Togo - Assessment Letter for the World Bank

This note provides the IMF staff assessment of recent macroeconomic developments in Togo and progress under the Fund-supported three-year Poverty Reduction and Growth Facility program (PRGF) starting from January 2008 based on preliminary information through end-December 2008.

Abstract

This note provides the IMF staff assessment of recent macroeconomic developments in Togo and progress under the Fund-supported three-year Poverty Reduction and Growth Facility program (PRGF) starting from January 2008 based on preliminary information through end-December 2008.

This note provides the IMF staff assessment of recent macroeconomic developments in Togo and progress under the Fund-supported three-year Poverty Reduction and Growth Facility program (PRGF) starting from January 2008 based on preliminary information through end-December 2008.

Performance under the PRGF-supported program

A staff mission is currently visiting Togo to conduct the second review under the PRGF arrangement and discussions under the Article IV consultation. Based on preliminary data, performance through end-December 2008 has been strong; all quantitative fiscal targets were met, some with an ample margin, and good progress has been achieved in planned structural reforms, with all program benchmarks met on or ahead of schedule, except for a three month delay in initiating the strategic audit of the phosphate sector.

This performance confirms a strong track record, starting from the beginning of the program in January 2008. On September 22, 2008, the IMF Board concluded the first PRGF review, welcoming government”s resolve in meeting the quantitative targets and advancing structural reforms, in particular in the area of public financial management. To help Togo cope with the impact of the global price shocks and the consequences of the severe flooding that hit the country in summer 2008, the Board also augmented the PRGF arrangement by an amount equivalent to 25% of quota (SDR 18.35 million). Against this background, Togo”s success in remaining on track with its PRGF arrangement has been commendable.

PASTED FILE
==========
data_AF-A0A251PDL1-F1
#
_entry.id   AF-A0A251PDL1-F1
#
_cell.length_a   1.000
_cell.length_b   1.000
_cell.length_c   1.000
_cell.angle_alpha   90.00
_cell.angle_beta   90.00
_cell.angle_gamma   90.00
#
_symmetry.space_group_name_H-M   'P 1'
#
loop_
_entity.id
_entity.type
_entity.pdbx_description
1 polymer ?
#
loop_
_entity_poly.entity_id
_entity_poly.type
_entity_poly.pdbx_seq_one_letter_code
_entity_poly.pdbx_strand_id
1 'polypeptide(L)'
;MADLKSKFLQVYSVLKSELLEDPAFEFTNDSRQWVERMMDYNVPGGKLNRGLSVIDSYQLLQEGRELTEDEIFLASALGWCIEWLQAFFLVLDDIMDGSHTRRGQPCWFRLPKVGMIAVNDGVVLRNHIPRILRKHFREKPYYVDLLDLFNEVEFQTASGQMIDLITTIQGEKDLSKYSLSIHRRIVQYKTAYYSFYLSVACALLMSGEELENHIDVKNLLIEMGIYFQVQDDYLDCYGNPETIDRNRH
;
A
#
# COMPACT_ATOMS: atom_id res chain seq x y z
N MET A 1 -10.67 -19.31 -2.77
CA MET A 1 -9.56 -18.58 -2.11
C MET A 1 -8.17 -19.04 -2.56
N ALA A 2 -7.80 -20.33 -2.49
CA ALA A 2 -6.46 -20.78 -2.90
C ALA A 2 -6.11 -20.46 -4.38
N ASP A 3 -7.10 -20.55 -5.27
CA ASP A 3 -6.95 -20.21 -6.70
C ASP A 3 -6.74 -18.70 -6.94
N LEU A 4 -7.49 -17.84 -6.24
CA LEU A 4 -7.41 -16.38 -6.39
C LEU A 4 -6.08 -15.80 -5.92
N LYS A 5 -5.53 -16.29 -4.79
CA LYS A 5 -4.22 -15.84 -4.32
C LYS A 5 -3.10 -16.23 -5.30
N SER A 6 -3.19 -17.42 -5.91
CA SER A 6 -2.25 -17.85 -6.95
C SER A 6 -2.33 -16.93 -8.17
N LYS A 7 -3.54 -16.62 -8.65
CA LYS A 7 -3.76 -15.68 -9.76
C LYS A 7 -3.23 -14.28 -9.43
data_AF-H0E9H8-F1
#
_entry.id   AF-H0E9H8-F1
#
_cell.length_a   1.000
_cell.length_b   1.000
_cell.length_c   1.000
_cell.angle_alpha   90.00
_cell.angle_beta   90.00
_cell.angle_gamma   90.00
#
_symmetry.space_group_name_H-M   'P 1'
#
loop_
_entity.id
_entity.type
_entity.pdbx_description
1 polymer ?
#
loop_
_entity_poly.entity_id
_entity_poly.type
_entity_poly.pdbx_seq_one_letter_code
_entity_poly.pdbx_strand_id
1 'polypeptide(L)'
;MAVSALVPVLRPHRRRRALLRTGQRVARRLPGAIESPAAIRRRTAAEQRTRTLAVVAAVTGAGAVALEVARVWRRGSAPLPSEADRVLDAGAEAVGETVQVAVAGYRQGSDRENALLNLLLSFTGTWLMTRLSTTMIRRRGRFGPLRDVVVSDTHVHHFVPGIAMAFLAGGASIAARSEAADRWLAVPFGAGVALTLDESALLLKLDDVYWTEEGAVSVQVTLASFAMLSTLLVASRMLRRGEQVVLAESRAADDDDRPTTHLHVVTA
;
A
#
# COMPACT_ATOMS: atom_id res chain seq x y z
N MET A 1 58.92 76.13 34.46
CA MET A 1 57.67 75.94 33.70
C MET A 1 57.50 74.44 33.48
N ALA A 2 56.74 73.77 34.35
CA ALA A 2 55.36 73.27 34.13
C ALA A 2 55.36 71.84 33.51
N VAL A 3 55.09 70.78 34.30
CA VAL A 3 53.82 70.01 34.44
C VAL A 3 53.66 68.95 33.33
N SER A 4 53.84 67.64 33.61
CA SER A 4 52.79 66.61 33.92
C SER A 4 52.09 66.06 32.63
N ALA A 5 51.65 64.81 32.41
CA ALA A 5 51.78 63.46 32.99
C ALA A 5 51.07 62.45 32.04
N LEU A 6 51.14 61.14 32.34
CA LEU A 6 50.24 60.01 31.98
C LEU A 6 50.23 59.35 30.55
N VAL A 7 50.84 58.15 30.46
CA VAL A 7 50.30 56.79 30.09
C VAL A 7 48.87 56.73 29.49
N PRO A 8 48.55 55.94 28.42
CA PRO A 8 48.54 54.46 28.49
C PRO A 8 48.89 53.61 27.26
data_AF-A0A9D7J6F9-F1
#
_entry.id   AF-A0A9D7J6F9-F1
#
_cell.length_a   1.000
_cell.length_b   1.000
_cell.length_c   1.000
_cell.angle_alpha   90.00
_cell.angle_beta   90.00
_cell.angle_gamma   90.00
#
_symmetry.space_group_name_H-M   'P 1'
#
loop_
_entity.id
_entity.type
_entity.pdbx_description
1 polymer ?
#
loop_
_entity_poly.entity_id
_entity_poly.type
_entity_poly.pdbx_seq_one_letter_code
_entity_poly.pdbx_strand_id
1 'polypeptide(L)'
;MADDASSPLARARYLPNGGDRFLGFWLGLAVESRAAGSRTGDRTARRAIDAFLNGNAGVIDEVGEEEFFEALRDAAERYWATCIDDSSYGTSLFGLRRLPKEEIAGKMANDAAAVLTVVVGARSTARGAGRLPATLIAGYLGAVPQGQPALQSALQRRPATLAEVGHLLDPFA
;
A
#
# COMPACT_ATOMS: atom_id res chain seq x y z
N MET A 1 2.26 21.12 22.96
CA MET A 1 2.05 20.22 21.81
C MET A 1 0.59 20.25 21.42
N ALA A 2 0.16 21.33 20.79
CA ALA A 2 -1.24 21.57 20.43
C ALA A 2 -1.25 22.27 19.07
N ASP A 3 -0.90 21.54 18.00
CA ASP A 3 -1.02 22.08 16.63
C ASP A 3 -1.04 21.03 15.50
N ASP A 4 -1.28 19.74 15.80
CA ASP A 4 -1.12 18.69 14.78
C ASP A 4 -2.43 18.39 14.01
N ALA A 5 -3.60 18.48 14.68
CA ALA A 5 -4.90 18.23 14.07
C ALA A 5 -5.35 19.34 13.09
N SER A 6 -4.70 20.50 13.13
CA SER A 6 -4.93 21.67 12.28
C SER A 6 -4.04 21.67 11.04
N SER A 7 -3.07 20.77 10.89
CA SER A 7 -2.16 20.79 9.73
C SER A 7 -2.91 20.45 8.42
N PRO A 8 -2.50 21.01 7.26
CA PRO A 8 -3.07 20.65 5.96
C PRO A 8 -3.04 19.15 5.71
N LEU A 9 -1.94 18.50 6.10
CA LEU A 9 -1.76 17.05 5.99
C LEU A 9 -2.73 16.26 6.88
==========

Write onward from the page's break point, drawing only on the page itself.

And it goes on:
Fiscal performance was particularly strong in 2008, although the over-performance is partly due to underspending on emergency infrastructure repairs that highlights capacity limitations. Revenue collection was strong, particularly for customs, reflecting improved administration and enhanced computerization. Although the needs arising from the flooding were pressing, the combination of government prudence in project spending and excessively complex procurement procedures hampered expedited start-up of identified repair projects. As a result, the projected domestic primary balance will be about +½ percent of GDP, compared with the program target of -½ percent. The target on net domestic financing is expected to be met by a wide margin, with a corresponding accumulation of government deposits in the banking system.

Fund staff supports the authorities” plans to shift the unspent part of the identified emergency spending into early 2009, which will loosen the fiscal stance, with the understanding that increased spending will focus on remaining repairs. The authorities are pursuing an action plan to enhance project spending capacity, consistent with adequate controls, through such means as transparent and streamlined procurement rules. The limited capacity for managing projects, however, will continue to pose risks to full execution of the budget in 2009. The authorities concur that there are risks to growth and revenue due to the global slowdown, and Fund staff are advising a prudent approach to budget execution in the first half of 2009, with close monitoring of revenue performance.